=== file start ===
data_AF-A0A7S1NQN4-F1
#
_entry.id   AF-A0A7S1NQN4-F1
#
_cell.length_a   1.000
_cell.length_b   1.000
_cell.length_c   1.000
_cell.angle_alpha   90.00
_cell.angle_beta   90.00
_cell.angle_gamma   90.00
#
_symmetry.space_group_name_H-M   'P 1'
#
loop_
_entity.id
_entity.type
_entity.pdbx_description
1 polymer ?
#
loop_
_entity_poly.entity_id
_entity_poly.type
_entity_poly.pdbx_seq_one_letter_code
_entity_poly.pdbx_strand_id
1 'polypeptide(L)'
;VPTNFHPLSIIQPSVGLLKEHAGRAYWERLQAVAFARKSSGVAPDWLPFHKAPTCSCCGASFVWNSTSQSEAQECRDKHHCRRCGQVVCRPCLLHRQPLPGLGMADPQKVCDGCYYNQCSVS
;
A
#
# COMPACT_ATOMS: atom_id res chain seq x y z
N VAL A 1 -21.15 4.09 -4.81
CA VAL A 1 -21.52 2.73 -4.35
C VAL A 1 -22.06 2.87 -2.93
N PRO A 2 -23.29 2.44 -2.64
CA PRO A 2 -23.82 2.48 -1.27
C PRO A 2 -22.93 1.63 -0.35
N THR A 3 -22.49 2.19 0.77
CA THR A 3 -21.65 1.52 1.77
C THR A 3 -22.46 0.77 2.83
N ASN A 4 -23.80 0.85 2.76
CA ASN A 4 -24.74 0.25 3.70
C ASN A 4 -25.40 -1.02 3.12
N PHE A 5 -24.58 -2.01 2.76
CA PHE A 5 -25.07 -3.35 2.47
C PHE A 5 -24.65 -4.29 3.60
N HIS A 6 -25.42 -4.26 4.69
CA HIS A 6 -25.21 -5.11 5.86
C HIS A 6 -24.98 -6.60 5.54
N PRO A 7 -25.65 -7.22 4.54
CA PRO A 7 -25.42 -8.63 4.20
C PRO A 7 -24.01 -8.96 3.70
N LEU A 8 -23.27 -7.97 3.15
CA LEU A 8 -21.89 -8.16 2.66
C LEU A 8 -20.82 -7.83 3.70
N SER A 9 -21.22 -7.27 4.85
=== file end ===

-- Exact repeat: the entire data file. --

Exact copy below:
data_AF-A0A7S1NQN4-F1
#
_entry.id   AF-A0A7S1NQN4-F1
#
_cell.length_a   1.000
_cell.length_b   1.000
_cell.length_c   1.000
_cell.angle_alpha   90.00
_cell.angle_beta   90.00
_cell.angle_gamma   90.00
#
_symmetry.space_group_name_H-M   'P 1'
#
loop_
_entity.id
_entity.type
_entity.pdbx_description
1 polymer ?
#
loop_
_entity_poly.entity_id
_entity_poly.type
_entity_poly.pdbx_seq_one_letter_code
_entity_poly.pdbx_strand_id
1 'polypeptide(L)'
;VPTNFHPLSIIQPSVGLLKEHAGRAYWERLQAVAFARKSSGVAPDWLPFHKAPTCSCCGASFVWNSTSQSEAQECRDKHHCRRCGQVVCRPCLLHRQPLPGLGMADPQKVCDGCYYNQCSVS
;
A
#
# COMPACT_ATOMS: atom_id res chain seq x y z
N VAL A 1 -21.15 4.09 -4.81
CA VAL A 1 -21.52 2.73 -4.35
C VAL A 1 -22.06 2.87 -2.93
N PRO A 2 -23.29 2.44 -2.64
CA PRO A 2 -23.82 2.48 -1.27
C PRO A 2 -22.93 1.63 -0.35
N THR A 3 -22.49 2.19 0.77
CA THR A 3 -21.65 1.52 1.77
C THR A 3 -22.46 0.77 2.83
N ASN A 4 -23.80 0.85 2.76
CA ASN A 4 -24.74 0.25 3.70
C ASN A 4 -25.40 -1.02 3.12
N PHE A 5 -24.58 -2.01 2.76
CA PHE A 5 -25.07 -3.35 2.47
C PHE A 5 -24.65 -4.29 3.60
N HIS A 6 -25.42 -4.26 4.69
CA HIS A 6 -25.21 -5.11 5.86
C HIS A 6 -24.98 -6.60 5.54
N PRO A 7 -25.65 -7.22 4.54
CA PRO A 7 -25.42 -8.63 4.20
C PRO A 7 -24.01 -8.96 3.70
N LEU A 8 -23.27 -7.97 3.15
CA LEU A 8 -21.89 -8.16 2.66
C LEU A 8 -20.82 -7.83 3.70
N SER A 9 -21.22 -7.27 4.85